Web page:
How Jonathan Majors — and his 'Devotion' character — shoot for the impossible

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Actor Jonathan Majors
"I was incredibly moved and shocked by the story," Jonathan Majors says of playing a real life naval aviator in "Devotion." (Christina House/Los Angeles Times)

For best career trajectory of the last four years, we nominate Jonathan Majors.

In smart succession, the Lompoc-born, Texas-raised actor established Sundance indie cred with 2019's “The Last Black Man in San Francisco,” drew streaming attention in 2020 from Spike Lee's “Da 5 Bloods” on Netflix and his Emmy-nominated work in HBO's horror series “Lovecraft Country,” delighted viewers of Marvel's “Loki” as He Who Remains and led the ensemble for Netflix's all-Black western “The Harder They Fall” in 2021, and rejoins the Marvel Cinematic Universe in February as uber villain Kang the Conqueror in “Ant-Man and the Wasp: Quantumania.”

Majors enters the Rockyverse a month later as Michael B. Jordan's “Creed III” adversary. Clips from that job's training video, followed by nearly nude stills from his next Sundance entry "Magazine Dreams," are now heating up the internet, not to mention getting talk show hosts Kelly Clarkson and Sherri Shepherd a little hot and bothered.

“I don't know what to say about that,” the 33-year-old actor chuckles over coffee at a hotel restaurant on a rainy L.A. afternoon. “A little fun doesn't hurt nobody.”

Nor do serious dramatic chops, which Majors brings to the November release “Devotion.” He plays the Navy's first African American pilot, Jesse LeRoy Brown, in the Korean War-era biopic. Majors saw some of himself in Brown.

“I was incredibly moved and shocked by the story,” he says of “Devotion,” which was adapted from Adam Makos' book and directed by JD Dillard, who's the son of a Black Navy Blue Angels pilot. “Here's a guy who was born in Mississippi, who somehow made his way to the sky. He became one of the most elite members of the most elite Naval aviation group in history. I was moved by that, not to mention the parallels that we share. We were below blue collar, for sure, my family. So was Jesse. He had aspirations of doing the impossible. In my little way, I too have those aspirations. His given circumstances were tougher than mine, and that's what I found encouraging.”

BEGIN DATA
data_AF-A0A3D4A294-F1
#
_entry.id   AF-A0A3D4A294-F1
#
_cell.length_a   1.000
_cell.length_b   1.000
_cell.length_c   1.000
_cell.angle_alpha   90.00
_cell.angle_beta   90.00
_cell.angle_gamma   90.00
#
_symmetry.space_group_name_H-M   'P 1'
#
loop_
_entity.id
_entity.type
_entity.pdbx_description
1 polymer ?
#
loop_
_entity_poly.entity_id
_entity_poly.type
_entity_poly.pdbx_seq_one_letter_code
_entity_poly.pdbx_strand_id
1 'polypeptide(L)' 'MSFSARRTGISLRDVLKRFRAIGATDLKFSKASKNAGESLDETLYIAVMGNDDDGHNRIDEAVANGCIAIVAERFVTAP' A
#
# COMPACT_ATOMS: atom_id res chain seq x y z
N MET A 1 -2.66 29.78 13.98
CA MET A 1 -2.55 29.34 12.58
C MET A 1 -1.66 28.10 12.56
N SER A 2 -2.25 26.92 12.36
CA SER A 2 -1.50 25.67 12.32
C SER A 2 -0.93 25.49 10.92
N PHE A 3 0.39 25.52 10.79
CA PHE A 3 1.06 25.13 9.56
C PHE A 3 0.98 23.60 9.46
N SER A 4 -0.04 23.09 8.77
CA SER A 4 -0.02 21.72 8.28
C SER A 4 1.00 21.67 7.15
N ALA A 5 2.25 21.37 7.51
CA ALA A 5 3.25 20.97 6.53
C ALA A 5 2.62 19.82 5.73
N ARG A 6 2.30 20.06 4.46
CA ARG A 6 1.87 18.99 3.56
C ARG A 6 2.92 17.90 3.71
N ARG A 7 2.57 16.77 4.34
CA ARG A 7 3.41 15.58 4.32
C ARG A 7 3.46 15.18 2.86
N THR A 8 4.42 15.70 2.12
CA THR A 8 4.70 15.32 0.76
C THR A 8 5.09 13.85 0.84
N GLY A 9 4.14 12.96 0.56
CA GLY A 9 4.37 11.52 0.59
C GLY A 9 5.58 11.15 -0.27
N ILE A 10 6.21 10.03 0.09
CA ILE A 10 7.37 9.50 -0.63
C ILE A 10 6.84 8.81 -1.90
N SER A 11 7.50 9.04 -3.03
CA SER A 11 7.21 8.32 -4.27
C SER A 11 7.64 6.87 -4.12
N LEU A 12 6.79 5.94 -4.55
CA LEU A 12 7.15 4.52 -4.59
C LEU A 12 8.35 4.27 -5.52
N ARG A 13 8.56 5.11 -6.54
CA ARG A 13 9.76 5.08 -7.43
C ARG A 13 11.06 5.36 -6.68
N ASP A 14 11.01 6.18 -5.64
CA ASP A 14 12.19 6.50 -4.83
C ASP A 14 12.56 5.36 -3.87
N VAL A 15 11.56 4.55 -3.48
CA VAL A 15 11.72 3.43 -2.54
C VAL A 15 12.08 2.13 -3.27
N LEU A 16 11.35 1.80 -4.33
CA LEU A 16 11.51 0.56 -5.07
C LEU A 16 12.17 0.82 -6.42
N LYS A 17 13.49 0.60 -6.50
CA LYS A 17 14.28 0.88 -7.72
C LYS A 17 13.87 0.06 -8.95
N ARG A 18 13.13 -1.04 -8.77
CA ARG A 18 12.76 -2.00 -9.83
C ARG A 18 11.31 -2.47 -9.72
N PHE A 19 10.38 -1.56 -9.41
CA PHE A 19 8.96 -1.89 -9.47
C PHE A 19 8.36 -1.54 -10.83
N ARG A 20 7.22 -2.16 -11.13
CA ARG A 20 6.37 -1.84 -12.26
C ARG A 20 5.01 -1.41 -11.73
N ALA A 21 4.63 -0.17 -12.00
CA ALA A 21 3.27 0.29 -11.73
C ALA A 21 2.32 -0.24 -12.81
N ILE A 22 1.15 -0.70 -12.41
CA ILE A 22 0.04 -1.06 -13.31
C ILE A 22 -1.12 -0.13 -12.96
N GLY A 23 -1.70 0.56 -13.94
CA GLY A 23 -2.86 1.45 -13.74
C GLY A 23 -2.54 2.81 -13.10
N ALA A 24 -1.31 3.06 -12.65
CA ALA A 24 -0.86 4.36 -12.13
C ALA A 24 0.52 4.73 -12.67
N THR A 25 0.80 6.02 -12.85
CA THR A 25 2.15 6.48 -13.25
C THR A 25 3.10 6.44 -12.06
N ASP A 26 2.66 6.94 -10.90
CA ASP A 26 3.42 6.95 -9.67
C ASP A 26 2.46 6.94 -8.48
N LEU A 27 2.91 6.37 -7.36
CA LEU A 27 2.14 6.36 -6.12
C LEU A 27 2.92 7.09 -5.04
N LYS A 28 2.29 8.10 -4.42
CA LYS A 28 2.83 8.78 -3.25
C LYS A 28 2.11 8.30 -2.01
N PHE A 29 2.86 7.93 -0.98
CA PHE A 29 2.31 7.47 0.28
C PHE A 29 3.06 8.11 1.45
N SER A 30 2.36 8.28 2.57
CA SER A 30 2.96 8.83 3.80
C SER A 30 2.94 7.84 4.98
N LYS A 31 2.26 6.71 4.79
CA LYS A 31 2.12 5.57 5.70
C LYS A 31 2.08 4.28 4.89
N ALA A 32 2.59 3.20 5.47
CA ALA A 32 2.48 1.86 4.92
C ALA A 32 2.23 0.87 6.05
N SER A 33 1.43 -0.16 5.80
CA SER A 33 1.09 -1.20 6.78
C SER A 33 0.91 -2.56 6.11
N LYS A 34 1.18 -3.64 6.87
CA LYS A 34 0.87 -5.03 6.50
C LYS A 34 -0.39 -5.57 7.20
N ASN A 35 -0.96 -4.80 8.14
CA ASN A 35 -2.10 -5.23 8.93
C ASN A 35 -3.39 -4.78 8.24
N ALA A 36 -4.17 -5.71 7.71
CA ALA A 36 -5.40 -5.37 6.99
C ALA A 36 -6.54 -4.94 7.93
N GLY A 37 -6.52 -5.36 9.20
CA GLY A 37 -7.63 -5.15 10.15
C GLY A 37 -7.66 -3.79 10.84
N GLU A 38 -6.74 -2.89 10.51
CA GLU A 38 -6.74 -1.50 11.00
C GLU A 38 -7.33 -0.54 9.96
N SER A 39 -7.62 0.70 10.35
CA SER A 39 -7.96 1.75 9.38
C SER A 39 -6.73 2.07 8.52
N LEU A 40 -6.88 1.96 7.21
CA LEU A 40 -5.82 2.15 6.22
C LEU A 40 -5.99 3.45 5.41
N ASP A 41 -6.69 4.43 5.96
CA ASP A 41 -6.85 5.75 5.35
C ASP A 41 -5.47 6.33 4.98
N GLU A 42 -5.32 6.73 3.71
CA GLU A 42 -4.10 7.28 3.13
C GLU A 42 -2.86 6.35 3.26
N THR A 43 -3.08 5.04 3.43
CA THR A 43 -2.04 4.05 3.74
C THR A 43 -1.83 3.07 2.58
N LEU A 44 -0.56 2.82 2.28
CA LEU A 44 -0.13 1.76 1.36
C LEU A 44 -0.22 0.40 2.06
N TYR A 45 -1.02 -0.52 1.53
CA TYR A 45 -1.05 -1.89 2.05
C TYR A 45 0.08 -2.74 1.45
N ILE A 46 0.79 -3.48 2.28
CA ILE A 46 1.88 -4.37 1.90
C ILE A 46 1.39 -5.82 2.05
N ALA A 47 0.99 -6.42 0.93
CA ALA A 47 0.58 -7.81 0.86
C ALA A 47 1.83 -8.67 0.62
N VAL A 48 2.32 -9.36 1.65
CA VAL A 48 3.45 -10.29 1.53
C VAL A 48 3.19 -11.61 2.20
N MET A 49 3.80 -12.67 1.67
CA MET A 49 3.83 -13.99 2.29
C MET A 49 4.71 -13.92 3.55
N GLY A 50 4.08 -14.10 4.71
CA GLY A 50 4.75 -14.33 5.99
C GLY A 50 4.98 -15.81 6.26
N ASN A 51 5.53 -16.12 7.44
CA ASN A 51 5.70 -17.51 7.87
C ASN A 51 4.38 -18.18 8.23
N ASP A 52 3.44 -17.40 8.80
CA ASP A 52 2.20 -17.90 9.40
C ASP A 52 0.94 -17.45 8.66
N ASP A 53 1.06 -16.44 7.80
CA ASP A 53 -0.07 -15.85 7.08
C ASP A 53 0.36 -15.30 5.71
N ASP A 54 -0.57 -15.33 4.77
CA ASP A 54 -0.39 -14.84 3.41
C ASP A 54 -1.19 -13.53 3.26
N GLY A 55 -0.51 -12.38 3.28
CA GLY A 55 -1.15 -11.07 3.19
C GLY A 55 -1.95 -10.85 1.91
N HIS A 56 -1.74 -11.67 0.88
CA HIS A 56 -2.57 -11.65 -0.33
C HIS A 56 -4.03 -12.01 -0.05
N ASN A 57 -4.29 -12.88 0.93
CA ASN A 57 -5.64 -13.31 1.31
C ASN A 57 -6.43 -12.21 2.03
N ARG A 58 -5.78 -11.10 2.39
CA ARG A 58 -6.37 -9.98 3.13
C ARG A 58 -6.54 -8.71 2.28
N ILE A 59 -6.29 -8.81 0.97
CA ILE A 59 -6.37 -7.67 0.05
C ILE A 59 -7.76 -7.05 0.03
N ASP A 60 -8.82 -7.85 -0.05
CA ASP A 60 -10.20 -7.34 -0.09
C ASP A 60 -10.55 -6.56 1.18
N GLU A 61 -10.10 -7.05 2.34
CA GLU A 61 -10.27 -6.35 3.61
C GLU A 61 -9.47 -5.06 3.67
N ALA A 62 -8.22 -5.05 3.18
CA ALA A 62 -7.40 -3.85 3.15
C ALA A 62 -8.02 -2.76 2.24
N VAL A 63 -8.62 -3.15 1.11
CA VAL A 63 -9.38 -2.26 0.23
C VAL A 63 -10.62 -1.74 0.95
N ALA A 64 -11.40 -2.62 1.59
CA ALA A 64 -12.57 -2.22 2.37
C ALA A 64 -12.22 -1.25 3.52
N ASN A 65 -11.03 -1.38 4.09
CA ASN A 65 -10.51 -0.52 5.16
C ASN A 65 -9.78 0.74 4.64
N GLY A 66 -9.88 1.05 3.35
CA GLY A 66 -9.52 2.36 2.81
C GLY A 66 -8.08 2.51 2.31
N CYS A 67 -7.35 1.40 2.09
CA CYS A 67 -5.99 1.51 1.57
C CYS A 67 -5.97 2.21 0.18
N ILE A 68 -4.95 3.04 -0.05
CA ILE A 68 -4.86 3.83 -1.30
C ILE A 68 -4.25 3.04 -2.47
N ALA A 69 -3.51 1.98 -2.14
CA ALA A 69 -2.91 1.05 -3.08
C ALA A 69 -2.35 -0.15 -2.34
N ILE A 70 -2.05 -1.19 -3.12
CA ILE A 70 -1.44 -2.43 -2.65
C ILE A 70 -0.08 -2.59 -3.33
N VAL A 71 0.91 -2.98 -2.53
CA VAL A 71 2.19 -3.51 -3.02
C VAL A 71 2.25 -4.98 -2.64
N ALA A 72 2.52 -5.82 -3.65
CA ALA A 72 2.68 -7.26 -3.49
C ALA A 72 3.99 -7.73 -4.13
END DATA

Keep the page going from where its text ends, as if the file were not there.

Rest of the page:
From the start, the film suggests Brown paid a steep toll en route to the heavens. New transfer Tom Hudner, played by “Top Gun: Maverick” breakout Glen Powell, enters a dark airbase locker room and hears his future wingman off-camera, verbally beating himself up with racist rhetoric and charges of inadequacy. The withering monologue was apparently one of many Brown had given himself since childhood — not to internalize the contempt directed at him but to overcome it, Majors reckons.

“Even at a young age, although the pain was great, I believe he knew that his strength was greater,” the actor says. “He always did that exercise in front of a mirror, and that's integral to the ritual. Who he's looking at is him and who he's seeing break is him. The back end of the ritual is who he sees put himself back together. When you can rise from the ashes in that moment, you'll know you're ready. You're battle ready, you're world ready. You've steeled yourself to the point that you can go and accomplish the mission at hand.”

“Devotion's” missions include taking on MiG jets with World War II vintage Corsairs; Majors put in 27 hours of flight and ground school for the assignment, and taxied one of the few propeller fighter/bombers that still moves.

The key task, though, was developing the tight relationship between Brown and Hudner, who was liberal as a 1950s white man could be but still had a lot to learn.

“Our relationship is paramount to the story; you have to believe it, and you have to have someone that's going to be patient enough to build it properly,” says Majors, who first met with Powell — a fan of Makos' book who got the film produced — at a Russian/Turkish bathhouse in New York.

“He looked at me with those piercing blue eyes and that Texas drawl and I had my Texas drawl so OK, we've got that covered, two Texas boys,” Majors recalls, grinning big. “We got so close [that night], but then we had to go to work. You'll see in the film that Jesse is quite standoffish; he's not the chummy guy that I was in the bathhouse. I had faith that I could do that and not break my co-star's self-esteem because of how we met. A huge part of the film is watching these guys learn how to trust — and listen — to each other. When we do misstep, it's not in malice. It's unfortunately the circumstances and social understandings and patterns that we have.”

If this makes Brown sound glumly monolithic, guess again. “Devotion” shows the delight and comfort the aviator derived from his wife Daisy (played by Christina Jackson) and their toddler, Pam. The real-life daughter watched Majors on the set one day.

“She put her hands on my face and said, 'I feel like I've met my father for the first time,'” he recalls. “Talk about break your heart! As an actor, that's the best 'attaboy' you can get.”

This story originally appeared in Los Angeles Times.